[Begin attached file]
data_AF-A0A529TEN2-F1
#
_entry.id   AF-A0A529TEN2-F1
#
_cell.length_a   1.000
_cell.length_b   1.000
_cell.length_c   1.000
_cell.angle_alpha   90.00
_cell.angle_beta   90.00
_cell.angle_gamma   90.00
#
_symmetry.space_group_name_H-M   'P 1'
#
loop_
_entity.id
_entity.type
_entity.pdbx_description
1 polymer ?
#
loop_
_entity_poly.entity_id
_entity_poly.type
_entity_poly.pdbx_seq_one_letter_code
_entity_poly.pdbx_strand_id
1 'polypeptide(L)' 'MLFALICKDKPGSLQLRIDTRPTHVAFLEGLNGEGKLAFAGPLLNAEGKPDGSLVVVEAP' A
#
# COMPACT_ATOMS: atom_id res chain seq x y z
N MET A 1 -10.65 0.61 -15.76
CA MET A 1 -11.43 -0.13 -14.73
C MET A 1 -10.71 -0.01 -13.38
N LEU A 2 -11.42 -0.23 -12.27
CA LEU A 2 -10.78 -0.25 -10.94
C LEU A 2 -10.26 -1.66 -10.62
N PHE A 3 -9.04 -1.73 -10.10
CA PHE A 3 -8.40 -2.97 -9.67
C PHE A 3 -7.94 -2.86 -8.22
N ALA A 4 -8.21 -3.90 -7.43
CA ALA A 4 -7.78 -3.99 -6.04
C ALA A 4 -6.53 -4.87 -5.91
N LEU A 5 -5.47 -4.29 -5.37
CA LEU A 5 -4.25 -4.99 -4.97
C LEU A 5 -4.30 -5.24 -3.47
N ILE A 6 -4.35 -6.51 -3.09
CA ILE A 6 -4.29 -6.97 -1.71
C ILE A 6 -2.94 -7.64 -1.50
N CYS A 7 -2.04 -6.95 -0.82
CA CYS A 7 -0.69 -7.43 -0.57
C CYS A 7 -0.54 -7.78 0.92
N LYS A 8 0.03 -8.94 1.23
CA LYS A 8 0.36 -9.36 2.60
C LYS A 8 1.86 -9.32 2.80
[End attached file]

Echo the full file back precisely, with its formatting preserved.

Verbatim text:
data_AF-A0A529TEN2-F1
#
_entry.id   AF-A0A529TEN2-F1
#
_cell.length_a   1.000
_cell.length_b   1.000
_cell.length_c   1.000
_cell.angle_alpha   90.00
_cell.angle_beta   90.00
_cell.angle_gamma   90.00
#
_symmetry.space_group_name_H-M   'P 1'
#
loop_
_entity.id
_entity.type
_entity.pdbx_description
1 polymer ?
#
loop_
_entity_poly.entity_id
_entity_poly.type
_entity_poly.pdbx_seq_one_letter_code
_entity_poly.pdbx_strand_id
1 'polypeptide(L)' 'MLFALICKDKPGSLQLRIDTRPTHVAFLEGLNGEGKLAFAGPLLNAEGKPDGSLVVVEAP' A
#
# COMPACT_ATOMS: atom_id res chain seq x y z
N MET A 1 -10.65 0.61 -15.76
CA MET A 1 -11.43 -0.13 -14.73
C MET A 1 -10.71 -0.01 -13.38
N LEU A 2 -11.42 -0.23 -12.27
CA LEU A 2 -10.78 -0.25 -10.94
C LEU A 2 -10.26 -1.66 -10.62
N PHE A 3 -9.04 -1.73 -10.10
CA PHE A 3 -8.40 -2.97 -9.67
C PHE A 3 -7.94 -2.86 -8.22
N ALA A 4 -8.21 -3.90 -7.43
CA ALA A 4 -7.78 -3.99 -6.04
C ALA A 4 -6.53 -4.87 -5.91
N LEU A 5 -5.47 -4.29 -5.37
CA LEU A 5 -4.25 -4.99 -4.97
C LEU A 5 -4.30 -5.24 -3.47
N ILE A 6 -4.35 -6.51 -3.09
CA ILE A 6 -4.29 -6.97 -1.71
C ILE A 6 -2.94 -7.64 -1.50
N CYS A 7 -2.04 -6.95 -0.82
CA CYS A 7 -0.69 -7.43 -0.57
C CYS A 7 -0.54 -7.78 0.92
N LYS A 8 0.03 -8.94 1.23
CA LYS A 8 0.36 -9.36 2.60
C LYS A 8 1.86 -9.32 2.80